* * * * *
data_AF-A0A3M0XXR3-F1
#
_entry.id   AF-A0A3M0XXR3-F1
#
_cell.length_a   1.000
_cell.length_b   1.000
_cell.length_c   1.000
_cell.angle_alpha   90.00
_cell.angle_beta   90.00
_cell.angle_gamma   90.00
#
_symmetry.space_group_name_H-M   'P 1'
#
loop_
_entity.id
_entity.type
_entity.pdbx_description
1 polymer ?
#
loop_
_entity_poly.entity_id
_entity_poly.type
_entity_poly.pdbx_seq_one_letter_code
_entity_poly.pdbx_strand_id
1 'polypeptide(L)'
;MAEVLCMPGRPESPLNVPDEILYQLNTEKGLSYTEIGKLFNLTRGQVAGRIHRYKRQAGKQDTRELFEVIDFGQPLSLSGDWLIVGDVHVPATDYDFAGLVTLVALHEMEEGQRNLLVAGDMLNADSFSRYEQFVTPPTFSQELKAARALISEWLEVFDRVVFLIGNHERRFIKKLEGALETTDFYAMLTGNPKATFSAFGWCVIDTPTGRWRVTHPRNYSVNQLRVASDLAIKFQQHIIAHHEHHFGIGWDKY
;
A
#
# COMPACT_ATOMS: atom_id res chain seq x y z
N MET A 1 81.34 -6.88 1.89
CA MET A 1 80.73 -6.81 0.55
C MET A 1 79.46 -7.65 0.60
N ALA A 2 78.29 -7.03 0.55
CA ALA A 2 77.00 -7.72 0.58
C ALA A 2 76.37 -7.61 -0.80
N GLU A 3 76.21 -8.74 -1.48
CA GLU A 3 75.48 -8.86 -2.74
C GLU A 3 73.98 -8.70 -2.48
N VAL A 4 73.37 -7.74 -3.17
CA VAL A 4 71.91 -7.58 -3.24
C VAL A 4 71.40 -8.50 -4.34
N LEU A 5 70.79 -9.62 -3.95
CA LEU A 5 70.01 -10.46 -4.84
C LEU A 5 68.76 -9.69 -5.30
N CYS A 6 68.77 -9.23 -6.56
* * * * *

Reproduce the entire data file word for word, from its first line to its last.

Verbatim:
data_AF-A0A3M0XXR3-F1
#
_entry.id   AF-A0A3M0XXR3-F1
#
_cell.length_a   1.000
_cell.length_b   1.000
_cell.length_c   1.000
_cell.angle_alpha   90.00
_cell.angle_beta   90.00
_cell.angle_gamma   90.00
#
_symmetry.space_group_name_H-M   'P 1'
#
loop_
_entity.id
_entity.type
_entity.pdbx_description
1 polymer ?
#
loop_
_entity_poly.entity_id
_entity_poly.type
_entity_poly.pdbx_seq_one_letter_code
_entity_poly.pdbx_strand_id
1 'polypeptide(L)'
;MAEVLCMPGRPESPLNVPDEILYQLNTEKGLSYTEIGKLFNLTRGQVAGRIHRYKRQAGKQDTRELFEVIDFGQPLSLSGDWLIVGDVHVPATDYDFAGLVTLVALHEMEEGQRNLLVAGDMLNADSFSRYEQFVTPPTFSQELKAARALISEWLEVFDRVVFLIGNHERRFIKKLEGALETTDFYAMLTGNPKATFSAFGWCVIDTPTGRWRVTHPRNYSVNQLRVASDLAIKFQQHIIAHHEHHFGIGWDKY
;
A
#
# COMPACT_ATOMS: atom_id res chain seq x y z
N MET A 1 81.34 -6.88 1.89
CA MET A 1 80.73 -6.81 0.55
C MET A 1 79.46 -7.65 0.60
N ALA A 2 78.29 -7.03 0.55
CA ALA A 2 77.00 -7.72 0.58
C ALA A 2 76.37 -7.61 -0.80
N GLU A 3 76.21 -8.74 -1.48
CA GLU A 3 75.48 -8.86 -2.74
C GLU A 3 73.98 -8.70 -2.48
N VAL A 4 73.37 -7.74 -3.17
CA VAL A 4 71.91 -7.58 -3.24
C VAL A 4 71.40 -8.50 -4.34
N LEU A 5 70.79 -9.62 -3.95
CA LEU A 5 70.01 -10.46 -4.84
C LEU A 5 68.76 -9.69 -5.30
N CYS A 6 68.77 -9.23 -6.56